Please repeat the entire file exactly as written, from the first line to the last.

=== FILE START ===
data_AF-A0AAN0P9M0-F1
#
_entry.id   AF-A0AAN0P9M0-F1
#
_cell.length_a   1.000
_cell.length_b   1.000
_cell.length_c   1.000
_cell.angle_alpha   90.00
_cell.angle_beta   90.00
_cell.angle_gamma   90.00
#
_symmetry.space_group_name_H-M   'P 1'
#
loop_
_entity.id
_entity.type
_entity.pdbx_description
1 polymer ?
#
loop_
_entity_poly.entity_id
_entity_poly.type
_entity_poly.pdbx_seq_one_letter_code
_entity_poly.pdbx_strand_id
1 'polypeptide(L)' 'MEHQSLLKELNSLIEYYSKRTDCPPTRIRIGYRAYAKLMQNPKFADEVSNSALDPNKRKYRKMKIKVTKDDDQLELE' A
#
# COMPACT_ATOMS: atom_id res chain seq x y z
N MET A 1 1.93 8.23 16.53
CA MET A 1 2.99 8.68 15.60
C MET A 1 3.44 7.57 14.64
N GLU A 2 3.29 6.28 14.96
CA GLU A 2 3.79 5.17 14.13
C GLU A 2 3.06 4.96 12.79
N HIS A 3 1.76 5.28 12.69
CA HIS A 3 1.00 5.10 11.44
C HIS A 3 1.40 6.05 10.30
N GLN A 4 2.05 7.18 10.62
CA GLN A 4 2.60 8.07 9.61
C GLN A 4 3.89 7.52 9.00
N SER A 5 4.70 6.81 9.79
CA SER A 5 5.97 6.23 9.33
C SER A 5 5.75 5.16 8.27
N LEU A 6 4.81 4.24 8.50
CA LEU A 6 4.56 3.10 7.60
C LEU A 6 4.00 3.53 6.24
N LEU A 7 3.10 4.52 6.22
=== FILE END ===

data_AF-A0AAN0P9M0-F1
#
_entry.id   AF-A0AAN0P9M0-F1
#
_cell.length_a   1.000
_cell.length_b   1.000
_cell.length_c   1.000
_cell.angle_alpha   90.00
_cell.angle_beta   90.00
_cell.angle_gamma   90.00
#
_symmetry.space_group_name_H-M   'P 1'
#
loop_
_entity.id
_entity.type
_entity.pdbx_description
1 polymer ?
#
loop_
_entity_poly.entity_id
_entity_poly.type
_entity_poly.pdbx_seq_one_letter_code
_entity_poly.pdbx_strand_id
1 'polypeptide(L)' 'MEHQSLLKELNSLIEYYSKRTDCPPTRIRIGYRAYAKLMQNPKFADEVSNSALDPNKRKYRKMKIKVTKDDDQLELE' A
#
# COMPACT_ATOMS: atom_id res chain seq x y z
N MET A 1 1.93 8.23 16.53
CA MET A 1 2.99 8.68 15.60
C MET A 1 3.44 7.57 14.64
N GLU A 2 3.29 6.28 14.96
CA GLU A 2 3.79 5.17 14.13
C GLU A 2 3.06 4.96 12.79
N HIS A 3 1.76 5.28 12.69
CA HIS A 3 1.00 5.10 11.44
C HIS A 3 1.40 6.05 10.30
N GLN A 4 2.05 7.18 10.62
CA GLN A 4 2.60 8.07 9.61
C GLN A 4 3.89 7.52 9.00
N SER A 5 4.70 6.81 9.79
CA SER A 5 5.97 6.23 9.33
C SER A 5 5.75 5.16 8.27
N LEU A 6 4.81 4.24 8.50
CA LEU A 6 4.56 3.10 7.60
C LEU A 6 4.00 3.53 6.24
N LEU A 7 3.10 4.52 6.22